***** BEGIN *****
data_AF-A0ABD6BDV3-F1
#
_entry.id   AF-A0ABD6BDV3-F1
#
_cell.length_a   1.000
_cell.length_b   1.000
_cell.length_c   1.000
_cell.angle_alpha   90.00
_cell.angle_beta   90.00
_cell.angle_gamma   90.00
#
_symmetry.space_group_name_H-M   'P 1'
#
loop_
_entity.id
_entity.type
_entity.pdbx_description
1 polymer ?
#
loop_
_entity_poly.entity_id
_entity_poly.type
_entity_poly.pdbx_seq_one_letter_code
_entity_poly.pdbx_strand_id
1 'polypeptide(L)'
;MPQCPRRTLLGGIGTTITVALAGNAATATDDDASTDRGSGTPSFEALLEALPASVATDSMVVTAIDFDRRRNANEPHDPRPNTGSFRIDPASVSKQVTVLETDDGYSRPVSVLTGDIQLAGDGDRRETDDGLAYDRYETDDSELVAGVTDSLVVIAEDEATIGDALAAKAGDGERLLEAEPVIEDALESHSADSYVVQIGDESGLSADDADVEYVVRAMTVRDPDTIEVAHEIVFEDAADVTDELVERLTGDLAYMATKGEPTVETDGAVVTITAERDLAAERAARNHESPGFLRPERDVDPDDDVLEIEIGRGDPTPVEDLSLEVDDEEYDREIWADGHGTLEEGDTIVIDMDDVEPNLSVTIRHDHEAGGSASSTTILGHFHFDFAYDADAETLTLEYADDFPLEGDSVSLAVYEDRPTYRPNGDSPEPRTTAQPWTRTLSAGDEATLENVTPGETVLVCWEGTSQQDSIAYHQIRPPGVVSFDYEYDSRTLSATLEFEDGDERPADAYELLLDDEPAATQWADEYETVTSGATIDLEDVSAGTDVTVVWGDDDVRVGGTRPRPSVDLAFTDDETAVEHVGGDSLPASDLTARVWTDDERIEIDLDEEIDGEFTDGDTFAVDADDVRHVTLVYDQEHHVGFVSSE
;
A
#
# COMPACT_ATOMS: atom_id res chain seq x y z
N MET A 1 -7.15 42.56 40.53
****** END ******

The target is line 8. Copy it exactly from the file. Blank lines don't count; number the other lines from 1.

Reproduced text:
_cell.angle_alpha   90.00